The statement, which appears below in its entirety, points out that the signatories "have different takes" on the issues dealt with in the report, based on personal experiences -- and the lack of specificity prevents them from tackling individual claims.
Nonetheless, they stress that they're united on a number of points. For one thing, they express concern that every male faculty member will be viewed as having contributed to the problems, when that's not the case -- and they also worry that male graduates will find it more difficult to find work because of the department's suddenly shady reputation.
In this spirit, they write, "We faculty women strongly believe that none of our currently untenured male colleagues or current male graduate students has engaged in sexual misconduct (nor, indeed, have most of our tenured colleagues)."
The use of the word "most" in the parenthetical sentence fragment above is key. While the female faculty members are dedicated to the CU Boulder philosophy department, they don't refute the report as a whole, suggesting they, too, realize there are some serious issues that need to be addressed.
Here's the report summary, followed by the complete statement from the six female CU Boulder philosophy department faculty members.
Statement from six CU women philosophy department faculty members:
All of us in the Philosophy Department at CU-Boulder are naturally upset by the fallout following publication of the Site Visit Report authored by a team from the APA-CSW Site Visit Program. Inevitably, we have different takes on the content of the Report. One reason for the differences among us is that we each have access to different evidence, not only because we have different personal histories in the department but also because much of the evidence on which the Report is based is secret by its nature or confidential by law. Despite differing perceptions regarding both the Report's details and the overall impression it gives, all of us are united on a few things. First, we are all distressed that the Report may damage the reputations of male colleagues who are completely innocent of sexual misconduct. It could also harm the prospects of our male graduate students currently on the market. We faculty women strongly believe that none of our currently untenured male colleagues or current male graduate students has engaged in sexual misconduct (nor, indeed, have most of our tenured colleagues). We believe that many have heard about the problems, if at all, only through the rumor mill. The second thing that unites us all is our determination to rebuild the department and its reputation. Receiving the Report has been and continues to be very difficult but it has galvanized us into working extremely hard to make our department once again a place where we can be confident about inviting people from all demographic groups to be colleagues, graduate, and undergraduate students.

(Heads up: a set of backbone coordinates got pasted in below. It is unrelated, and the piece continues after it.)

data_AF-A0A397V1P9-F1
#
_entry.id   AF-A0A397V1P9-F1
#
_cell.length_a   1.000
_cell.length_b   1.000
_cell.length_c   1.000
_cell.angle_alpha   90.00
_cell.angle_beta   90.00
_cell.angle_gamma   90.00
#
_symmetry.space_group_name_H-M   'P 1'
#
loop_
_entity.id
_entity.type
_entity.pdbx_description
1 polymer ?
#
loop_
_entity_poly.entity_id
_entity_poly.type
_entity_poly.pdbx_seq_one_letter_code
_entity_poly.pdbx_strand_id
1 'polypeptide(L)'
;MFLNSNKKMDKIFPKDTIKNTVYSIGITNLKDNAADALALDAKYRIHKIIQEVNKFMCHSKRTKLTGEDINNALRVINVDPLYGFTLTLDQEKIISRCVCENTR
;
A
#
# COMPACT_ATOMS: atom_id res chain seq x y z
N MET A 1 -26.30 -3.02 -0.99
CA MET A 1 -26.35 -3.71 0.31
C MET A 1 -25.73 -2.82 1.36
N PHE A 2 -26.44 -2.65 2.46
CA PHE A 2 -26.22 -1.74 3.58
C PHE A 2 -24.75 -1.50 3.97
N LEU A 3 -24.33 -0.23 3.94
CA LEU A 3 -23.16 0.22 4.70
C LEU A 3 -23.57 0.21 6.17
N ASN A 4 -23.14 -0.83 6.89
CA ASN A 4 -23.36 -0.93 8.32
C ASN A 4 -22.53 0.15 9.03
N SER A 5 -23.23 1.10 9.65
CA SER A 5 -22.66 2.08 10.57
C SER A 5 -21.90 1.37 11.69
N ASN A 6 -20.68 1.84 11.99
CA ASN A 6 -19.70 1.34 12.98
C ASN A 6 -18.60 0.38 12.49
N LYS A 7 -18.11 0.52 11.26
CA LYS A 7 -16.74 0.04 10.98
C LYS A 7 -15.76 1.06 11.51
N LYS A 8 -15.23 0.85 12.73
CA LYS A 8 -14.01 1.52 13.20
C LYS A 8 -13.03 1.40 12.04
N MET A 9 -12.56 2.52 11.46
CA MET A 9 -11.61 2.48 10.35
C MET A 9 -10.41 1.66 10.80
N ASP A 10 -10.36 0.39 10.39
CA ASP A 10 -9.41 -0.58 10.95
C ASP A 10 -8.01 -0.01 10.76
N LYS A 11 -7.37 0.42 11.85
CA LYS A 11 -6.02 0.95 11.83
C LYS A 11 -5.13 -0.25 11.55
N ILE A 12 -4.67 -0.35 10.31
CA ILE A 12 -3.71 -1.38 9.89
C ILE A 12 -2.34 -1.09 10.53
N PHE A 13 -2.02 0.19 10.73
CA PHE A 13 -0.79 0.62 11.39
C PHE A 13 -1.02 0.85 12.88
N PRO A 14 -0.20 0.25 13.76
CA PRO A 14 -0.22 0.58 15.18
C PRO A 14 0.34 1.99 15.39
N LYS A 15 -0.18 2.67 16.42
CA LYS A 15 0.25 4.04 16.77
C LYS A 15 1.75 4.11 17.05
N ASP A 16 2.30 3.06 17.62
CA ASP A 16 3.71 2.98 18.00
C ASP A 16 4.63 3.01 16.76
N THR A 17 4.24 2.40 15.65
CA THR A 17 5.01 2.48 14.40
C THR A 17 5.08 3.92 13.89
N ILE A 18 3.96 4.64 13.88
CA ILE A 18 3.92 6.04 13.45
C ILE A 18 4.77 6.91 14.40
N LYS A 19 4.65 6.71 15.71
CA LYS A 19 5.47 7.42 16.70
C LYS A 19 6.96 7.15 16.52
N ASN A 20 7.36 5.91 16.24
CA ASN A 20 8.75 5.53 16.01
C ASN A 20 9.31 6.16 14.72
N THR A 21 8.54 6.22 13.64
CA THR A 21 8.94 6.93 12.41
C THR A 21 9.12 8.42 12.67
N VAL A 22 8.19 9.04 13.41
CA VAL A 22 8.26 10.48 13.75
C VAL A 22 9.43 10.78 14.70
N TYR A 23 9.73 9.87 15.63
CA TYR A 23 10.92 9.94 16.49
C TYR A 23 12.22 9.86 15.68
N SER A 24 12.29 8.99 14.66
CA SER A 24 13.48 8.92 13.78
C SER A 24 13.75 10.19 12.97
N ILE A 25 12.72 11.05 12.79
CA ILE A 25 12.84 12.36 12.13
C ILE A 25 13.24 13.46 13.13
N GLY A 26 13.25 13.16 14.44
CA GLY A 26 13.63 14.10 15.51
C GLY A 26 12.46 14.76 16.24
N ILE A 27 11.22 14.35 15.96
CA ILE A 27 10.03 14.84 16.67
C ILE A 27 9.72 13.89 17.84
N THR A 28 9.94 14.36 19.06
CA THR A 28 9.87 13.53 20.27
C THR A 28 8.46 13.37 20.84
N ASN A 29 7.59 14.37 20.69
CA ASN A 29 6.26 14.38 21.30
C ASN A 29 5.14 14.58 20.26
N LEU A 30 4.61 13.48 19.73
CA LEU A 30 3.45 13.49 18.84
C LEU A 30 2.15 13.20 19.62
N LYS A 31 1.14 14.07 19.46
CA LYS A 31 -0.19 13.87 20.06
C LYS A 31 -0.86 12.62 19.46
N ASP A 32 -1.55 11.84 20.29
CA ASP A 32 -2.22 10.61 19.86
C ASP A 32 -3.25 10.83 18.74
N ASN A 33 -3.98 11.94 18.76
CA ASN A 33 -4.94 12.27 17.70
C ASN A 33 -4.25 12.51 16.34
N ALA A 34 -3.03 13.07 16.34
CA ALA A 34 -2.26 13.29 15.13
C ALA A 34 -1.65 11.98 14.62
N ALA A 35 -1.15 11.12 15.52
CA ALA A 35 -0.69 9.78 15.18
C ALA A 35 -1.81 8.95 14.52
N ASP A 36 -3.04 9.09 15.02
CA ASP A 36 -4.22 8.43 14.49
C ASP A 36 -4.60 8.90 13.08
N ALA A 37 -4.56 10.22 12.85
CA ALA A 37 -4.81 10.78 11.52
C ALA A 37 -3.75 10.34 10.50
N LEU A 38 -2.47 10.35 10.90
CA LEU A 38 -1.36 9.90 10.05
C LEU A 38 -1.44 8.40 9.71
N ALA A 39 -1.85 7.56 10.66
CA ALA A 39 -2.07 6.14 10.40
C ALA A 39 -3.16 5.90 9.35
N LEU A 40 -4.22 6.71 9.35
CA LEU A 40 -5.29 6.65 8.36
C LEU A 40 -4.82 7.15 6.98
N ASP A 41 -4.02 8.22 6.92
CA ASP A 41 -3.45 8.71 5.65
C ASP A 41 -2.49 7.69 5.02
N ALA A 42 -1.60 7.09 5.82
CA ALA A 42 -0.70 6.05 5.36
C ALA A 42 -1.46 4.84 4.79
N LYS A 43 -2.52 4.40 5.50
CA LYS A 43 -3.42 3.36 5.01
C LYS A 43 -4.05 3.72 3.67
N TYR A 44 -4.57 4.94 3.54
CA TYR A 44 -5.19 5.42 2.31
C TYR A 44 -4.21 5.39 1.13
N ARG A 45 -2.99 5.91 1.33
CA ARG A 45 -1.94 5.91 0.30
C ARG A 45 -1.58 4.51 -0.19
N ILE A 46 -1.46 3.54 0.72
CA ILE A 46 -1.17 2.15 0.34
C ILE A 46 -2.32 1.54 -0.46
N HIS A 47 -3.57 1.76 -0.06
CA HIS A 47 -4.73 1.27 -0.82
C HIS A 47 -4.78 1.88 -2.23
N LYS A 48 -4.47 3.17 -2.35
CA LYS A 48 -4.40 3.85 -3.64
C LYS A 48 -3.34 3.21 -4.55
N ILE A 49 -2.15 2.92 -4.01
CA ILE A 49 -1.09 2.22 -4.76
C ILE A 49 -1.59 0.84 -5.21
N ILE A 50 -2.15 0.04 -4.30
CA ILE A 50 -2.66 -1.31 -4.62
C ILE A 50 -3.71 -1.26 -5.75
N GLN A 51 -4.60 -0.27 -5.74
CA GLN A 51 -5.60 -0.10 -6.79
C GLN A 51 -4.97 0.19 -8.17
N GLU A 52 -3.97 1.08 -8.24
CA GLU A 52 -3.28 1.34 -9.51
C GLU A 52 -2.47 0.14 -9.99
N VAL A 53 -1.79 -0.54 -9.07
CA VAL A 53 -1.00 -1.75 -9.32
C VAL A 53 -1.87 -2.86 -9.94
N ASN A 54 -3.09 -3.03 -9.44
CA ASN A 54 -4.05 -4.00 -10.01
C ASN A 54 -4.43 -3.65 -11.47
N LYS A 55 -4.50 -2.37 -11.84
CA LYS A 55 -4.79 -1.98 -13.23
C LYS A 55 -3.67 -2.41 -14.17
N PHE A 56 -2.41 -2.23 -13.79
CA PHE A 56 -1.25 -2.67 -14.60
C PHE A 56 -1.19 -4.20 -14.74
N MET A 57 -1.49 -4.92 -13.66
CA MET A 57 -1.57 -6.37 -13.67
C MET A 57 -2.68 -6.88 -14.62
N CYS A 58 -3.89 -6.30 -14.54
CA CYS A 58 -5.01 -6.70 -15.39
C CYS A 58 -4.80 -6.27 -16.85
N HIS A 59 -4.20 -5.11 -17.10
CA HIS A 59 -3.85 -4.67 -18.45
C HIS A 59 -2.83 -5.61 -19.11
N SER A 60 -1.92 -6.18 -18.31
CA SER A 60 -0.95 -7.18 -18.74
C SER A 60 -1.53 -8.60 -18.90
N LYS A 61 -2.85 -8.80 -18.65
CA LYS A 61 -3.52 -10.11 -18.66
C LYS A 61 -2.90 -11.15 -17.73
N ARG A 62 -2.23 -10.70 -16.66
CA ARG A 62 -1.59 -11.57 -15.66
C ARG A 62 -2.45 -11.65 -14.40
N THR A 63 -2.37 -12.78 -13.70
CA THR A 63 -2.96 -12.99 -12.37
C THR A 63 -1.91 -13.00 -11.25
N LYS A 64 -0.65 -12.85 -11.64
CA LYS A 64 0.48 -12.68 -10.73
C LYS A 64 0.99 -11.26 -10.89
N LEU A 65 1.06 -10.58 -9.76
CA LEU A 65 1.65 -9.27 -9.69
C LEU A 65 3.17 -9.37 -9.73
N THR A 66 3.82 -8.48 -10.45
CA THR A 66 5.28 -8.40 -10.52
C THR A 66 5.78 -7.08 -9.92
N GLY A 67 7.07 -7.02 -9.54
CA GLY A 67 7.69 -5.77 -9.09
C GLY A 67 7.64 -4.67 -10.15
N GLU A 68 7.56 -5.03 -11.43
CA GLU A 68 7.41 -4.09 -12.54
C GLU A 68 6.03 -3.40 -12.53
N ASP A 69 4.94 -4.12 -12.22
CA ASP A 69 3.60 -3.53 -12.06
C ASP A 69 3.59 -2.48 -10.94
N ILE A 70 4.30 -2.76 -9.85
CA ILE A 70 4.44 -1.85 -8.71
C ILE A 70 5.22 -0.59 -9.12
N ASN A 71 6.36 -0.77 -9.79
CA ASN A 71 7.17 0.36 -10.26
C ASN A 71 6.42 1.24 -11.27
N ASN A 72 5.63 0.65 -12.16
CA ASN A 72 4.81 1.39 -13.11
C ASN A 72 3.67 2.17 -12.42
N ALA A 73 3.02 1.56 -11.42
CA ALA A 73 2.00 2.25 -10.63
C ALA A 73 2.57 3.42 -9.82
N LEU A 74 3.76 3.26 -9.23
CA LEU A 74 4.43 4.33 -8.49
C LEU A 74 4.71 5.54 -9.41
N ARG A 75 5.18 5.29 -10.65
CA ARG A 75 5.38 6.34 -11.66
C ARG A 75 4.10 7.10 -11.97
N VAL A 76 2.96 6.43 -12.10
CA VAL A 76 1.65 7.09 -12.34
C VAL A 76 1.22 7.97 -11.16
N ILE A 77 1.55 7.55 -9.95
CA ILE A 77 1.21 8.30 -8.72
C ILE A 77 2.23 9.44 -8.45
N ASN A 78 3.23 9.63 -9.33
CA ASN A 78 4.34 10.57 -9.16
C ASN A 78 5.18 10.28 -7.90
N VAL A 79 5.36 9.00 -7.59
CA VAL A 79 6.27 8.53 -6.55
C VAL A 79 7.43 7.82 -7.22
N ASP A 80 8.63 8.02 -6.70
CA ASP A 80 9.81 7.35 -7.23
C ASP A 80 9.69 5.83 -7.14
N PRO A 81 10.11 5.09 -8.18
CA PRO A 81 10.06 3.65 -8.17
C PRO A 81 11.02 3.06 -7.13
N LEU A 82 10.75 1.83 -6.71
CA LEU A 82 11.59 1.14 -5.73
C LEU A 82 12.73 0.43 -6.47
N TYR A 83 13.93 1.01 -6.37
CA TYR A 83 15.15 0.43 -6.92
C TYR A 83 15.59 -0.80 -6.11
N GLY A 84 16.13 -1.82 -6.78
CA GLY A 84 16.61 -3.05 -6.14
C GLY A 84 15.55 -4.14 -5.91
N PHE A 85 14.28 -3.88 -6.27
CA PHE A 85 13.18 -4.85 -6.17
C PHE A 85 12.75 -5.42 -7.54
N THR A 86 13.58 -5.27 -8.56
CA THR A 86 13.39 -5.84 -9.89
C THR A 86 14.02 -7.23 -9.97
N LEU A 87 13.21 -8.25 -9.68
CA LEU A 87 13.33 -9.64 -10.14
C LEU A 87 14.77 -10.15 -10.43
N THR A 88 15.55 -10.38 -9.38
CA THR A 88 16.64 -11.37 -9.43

Sheralee Brindell, Senior Instructor in Philosophy and Associate Chair for Undergraduate Studies
Carol Cleland, Professor of Philosophy
Alison Jaggar, College Professor of Distinction, Philosophy and Women and Gender Studies
Mitzi Lee, Associate Professor of Philosophy
Diane Mayer, Senior Instructor Emerita in Philosophy
Claudia Mills, Associate Professor of Philosophy
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More from our News archive circa March 2012: "CU Boulder has higher rate of eating disorders compared to other colleges, report says."